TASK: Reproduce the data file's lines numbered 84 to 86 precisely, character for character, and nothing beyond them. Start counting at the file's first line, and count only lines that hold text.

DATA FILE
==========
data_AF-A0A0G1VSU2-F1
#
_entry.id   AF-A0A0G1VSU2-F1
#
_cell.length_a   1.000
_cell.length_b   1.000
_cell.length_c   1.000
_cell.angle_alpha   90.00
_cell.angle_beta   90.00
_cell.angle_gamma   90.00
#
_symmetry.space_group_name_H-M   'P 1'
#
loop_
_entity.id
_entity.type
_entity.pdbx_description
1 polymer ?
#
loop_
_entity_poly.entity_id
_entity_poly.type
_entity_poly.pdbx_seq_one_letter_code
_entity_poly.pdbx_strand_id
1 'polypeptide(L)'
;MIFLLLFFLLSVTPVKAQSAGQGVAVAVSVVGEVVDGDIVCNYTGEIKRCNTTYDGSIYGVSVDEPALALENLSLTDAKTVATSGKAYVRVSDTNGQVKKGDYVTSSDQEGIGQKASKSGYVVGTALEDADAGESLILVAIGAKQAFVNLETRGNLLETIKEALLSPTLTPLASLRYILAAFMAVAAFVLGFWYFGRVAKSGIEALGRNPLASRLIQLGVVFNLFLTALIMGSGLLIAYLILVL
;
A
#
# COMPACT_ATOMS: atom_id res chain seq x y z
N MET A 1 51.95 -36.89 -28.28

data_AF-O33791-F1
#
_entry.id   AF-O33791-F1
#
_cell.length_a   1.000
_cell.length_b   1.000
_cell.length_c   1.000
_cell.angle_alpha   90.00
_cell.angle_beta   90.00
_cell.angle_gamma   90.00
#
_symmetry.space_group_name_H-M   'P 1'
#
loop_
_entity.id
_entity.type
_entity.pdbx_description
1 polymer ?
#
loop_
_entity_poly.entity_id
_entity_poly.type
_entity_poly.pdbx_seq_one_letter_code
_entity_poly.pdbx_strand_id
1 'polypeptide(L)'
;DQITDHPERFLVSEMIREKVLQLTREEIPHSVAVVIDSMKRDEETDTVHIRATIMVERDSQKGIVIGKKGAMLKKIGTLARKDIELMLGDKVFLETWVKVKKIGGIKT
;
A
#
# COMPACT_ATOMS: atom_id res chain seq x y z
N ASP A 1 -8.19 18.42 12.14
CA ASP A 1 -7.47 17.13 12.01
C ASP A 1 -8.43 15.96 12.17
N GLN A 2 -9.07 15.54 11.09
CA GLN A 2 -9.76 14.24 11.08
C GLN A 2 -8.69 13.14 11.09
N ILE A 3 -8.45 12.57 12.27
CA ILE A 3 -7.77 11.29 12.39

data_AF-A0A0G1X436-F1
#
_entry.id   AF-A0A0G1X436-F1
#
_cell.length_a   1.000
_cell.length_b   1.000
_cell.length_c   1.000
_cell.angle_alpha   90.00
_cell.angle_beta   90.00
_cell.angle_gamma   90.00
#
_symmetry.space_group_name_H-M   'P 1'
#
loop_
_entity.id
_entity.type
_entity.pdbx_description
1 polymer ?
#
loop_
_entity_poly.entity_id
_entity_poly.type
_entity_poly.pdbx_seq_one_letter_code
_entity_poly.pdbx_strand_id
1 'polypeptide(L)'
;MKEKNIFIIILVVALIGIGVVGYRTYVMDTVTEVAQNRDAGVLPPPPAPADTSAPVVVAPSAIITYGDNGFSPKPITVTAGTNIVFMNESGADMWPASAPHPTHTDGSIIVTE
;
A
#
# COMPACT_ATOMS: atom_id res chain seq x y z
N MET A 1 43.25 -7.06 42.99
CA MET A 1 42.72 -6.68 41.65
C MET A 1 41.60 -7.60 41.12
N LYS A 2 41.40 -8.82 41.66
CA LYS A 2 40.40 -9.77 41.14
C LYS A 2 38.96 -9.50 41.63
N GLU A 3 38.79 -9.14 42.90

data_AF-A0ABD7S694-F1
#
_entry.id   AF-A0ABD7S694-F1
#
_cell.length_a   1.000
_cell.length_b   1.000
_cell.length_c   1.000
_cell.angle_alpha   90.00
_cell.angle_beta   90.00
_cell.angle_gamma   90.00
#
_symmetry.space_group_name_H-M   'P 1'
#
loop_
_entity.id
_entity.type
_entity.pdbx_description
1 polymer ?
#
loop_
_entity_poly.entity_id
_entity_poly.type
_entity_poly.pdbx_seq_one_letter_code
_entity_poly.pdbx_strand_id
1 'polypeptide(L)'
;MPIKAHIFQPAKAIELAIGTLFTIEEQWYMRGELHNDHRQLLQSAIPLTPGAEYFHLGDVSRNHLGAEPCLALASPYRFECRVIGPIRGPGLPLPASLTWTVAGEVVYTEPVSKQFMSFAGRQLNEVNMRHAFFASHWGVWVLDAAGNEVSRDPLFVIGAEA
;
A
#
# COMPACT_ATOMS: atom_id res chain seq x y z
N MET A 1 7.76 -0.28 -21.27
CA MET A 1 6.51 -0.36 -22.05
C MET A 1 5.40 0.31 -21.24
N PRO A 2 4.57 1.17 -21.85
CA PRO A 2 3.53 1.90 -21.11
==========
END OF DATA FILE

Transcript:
_entity.id
_entity.type
_entity.pdbx_description